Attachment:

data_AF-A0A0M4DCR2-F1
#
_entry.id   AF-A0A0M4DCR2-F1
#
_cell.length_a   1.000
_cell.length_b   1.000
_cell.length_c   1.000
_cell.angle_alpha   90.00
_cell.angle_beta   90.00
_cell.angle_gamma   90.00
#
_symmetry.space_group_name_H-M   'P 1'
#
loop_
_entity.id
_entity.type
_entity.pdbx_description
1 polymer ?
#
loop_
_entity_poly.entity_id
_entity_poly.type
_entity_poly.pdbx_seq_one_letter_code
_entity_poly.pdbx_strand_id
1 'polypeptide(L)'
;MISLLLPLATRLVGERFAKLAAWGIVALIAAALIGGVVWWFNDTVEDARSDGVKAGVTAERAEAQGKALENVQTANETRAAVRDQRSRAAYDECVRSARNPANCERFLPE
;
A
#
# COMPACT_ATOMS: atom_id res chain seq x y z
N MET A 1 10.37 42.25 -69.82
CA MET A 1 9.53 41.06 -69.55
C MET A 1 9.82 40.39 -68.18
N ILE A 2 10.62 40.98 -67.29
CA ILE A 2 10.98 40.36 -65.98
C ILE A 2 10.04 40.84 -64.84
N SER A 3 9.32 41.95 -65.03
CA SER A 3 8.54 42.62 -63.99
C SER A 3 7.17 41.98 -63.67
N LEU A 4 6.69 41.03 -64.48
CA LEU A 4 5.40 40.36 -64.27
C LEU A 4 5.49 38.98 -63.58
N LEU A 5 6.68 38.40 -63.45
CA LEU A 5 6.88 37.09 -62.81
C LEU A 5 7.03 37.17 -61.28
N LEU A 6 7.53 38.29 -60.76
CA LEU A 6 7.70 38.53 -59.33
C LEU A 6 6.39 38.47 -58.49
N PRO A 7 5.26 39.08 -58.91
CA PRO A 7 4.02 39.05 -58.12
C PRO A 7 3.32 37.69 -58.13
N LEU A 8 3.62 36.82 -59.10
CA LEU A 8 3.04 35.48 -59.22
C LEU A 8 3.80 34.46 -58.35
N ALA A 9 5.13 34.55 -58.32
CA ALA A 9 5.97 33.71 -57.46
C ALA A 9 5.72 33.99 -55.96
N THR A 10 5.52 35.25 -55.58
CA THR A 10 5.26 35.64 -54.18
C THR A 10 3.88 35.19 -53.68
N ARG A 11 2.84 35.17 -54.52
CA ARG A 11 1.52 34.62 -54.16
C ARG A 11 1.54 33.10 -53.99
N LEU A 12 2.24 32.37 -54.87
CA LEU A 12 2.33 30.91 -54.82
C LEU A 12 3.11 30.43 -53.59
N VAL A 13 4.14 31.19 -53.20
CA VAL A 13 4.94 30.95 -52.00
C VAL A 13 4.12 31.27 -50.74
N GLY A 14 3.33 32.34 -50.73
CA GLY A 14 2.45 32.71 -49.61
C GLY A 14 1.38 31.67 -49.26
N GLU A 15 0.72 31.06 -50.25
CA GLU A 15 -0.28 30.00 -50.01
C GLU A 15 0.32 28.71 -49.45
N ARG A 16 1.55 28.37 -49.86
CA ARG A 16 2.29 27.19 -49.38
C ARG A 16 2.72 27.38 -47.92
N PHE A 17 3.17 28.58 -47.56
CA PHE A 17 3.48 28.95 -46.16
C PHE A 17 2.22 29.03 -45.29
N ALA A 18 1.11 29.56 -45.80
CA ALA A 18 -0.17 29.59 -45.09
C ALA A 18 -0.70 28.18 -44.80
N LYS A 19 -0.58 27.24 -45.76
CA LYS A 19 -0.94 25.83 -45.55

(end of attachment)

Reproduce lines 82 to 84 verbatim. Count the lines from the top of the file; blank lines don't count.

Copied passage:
N ALA A 18 1.11 29.56 -45.80
CA ALA A 18 -0.17 29.59 -45.09
C ALA A 18 -0.70 28.18 -44.80